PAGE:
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Sweet tale of singer who didn't know his fame

It's not by coincidence that the Irish Film Institute's annual documentary festival goes under the banner 'Stranger Than Fiction'. Earlier this year, a film was shown which had some of the more sceptical movie reviewers wondering whether, in fact, the story was an elaborately constructed hoax.

Searching for Sugar Man spun the bizarre yarn of a Detroit-born singer-songwriter called Rodriguez who, we were informed, had released two albums in the early Seventies. Although receiving little or no attention in his homeland, Cold Feet and its follow-up Coming from Reality somehow found their way to South Africa where they became hugely popular.

The mystique around the music's creator extended to people assuming that he was dead -- some of the more fanciful theories involved Rodriguez killing himself onstage -- when in fact he'd returned to Detroit, become involved in the construction industry and active in local politics.

The film set about discovering Rodriguez's situation and bringing him to tour in South Africa, where he was a superstar, unbeknownst to himself, in 1998. It's an incredible story, even if it did skimp on the facts somewhat. Far from disappearing off the face of the earth in 1971, Rodriguez had been very popular in Australia and New Zealand, but then that wouldn't have suited the film-makers' narrative, now would it?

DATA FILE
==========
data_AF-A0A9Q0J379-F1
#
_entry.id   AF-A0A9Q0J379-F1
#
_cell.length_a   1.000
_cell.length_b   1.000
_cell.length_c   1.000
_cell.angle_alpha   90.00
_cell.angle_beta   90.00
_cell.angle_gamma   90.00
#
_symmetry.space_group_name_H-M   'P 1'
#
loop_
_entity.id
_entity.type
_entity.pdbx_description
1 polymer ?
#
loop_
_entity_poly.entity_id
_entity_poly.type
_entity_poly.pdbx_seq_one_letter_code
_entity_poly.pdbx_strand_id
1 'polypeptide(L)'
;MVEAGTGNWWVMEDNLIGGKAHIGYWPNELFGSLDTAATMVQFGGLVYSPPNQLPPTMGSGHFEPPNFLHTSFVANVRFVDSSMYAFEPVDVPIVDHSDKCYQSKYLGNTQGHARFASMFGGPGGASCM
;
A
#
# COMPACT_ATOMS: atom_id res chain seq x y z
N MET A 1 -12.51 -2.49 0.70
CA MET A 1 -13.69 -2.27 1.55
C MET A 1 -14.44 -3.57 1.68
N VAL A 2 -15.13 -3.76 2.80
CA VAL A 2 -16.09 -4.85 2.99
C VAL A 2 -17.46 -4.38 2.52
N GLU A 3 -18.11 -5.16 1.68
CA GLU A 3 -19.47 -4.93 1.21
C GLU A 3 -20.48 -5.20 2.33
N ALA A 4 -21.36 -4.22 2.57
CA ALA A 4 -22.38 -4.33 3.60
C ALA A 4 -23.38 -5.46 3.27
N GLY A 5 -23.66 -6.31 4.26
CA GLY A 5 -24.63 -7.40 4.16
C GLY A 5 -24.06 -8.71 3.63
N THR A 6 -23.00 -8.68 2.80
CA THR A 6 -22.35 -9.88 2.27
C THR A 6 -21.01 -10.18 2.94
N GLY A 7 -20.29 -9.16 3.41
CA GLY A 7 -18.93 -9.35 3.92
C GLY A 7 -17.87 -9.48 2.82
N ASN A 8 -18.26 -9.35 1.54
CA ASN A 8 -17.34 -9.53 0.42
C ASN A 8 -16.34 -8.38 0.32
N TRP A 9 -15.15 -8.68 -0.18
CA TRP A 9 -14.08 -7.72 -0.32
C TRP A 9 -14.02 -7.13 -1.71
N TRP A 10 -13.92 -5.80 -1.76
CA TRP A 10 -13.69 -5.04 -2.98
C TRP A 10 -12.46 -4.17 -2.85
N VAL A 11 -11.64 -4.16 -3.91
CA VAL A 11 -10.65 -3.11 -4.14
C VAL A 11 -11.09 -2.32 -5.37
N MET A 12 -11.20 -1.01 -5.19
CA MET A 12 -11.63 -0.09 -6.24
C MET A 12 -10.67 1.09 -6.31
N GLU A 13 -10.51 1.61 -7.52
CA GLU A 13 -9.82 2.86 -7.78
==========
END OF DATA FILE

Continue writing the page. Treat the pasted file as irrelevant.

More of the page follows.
What does still stand up is the music itself. Sounding very much of its time, Rodriguez's oeuvre is a folk-soul hybrid which recalls Dylan, Donovan, Bill Withers and Van Morrison.


His signature track Sugar Man is a distillation of all these elements, with tastefully deployed strings and woodwind decorating a poetic take on the old trope of waiting for the man. It's an evocative, inspiring piece of music.

Rodriguez, of course, never made a penny from his South African sales in the Seventies and Eighties. However, he is back touring in support of the documentary and soundtrack album.

Rodriguez plays Vicar Street on Tuesday.

>george byrne